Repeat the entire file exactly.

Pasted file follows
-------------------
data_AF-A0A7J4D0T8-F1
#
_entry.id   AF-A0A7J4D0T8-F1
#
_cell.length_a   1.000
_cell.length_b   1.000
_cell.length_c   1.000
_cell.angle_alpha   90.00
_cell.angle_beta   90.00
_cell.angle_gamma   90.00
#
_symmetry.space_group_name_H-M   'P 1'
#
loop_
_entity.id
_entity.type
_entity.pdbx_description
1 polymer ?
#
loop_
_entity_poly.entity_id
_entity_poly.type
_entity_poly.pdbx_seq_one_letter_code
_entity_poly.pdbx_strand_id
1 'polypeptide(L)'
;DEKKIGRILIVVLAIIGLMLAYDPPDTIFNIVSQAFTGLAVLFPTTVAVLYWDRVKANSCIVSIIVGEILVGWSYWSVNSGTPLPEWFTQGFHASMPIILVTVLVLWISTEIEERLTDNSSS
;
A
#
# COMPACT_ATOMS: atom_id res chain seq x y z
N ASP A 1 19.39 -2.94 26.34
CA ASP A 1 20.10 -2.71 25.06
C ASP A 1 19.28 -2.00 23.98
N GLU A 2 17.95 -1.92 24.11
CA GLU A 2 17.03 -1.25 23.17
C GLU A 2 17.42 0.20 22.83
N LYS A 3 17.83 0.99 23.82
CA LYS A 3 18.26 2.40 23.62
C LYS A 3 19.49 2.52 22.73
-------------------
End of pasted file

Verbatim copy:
data_AF-A0A7J4D0T8-F1
#
_entry.id   AF-A0A7J4D0T8-F1
#
_cell.length_a   1.000
_cell.length_b   1.000
_cell.length_c   1.000
_cell.angle_alpha   90.00
_cell.angle_beta   90.00
_cell.angle_gamma   90.00
#
_symmetry.space_group_name_H-M   'P 1'
#
loop_
_entity.id
_entity.type
_entity.pdbx_description
1 polymer ?
#
loop_
_entity_poly.entity_id
_entity_poly.type
_entity_poly.pdbx_seq_one_letter_code
_entity_poly.pdbx_strand_id
1 'polypeptide(L)'
;DEKKIGRILIVVLAIIGLMLAYDPPDTIFNIVSQAFTGLAVLFPTTVAVLYWDRVKANSCIVSIIVGEILVGWSYWSVNSGTPLPEWFTQGFHASMPIILVTVLVLWISTEIEERLTDNSSS
;
A
#
# COMPACT_ATOMS: atom_id res chain seq x y z
N ASP A 1 19.39 -2.94 26.34
CA ASP A 1 20.10 -2.71 25.06
C ASP A 1 19.28 -2.00 23.98
N GLU A 2 17.95 -1.92 24.11
CA GLU A 2 17.03 -1.25 23.17
C GLU A 2 17.42 0.20 22.83
N LYS A 3 17.83 0.99 23.82
CA LYS A 3 18.26 2.40 23.62
C LYS A 3 19.49 2.52 22.73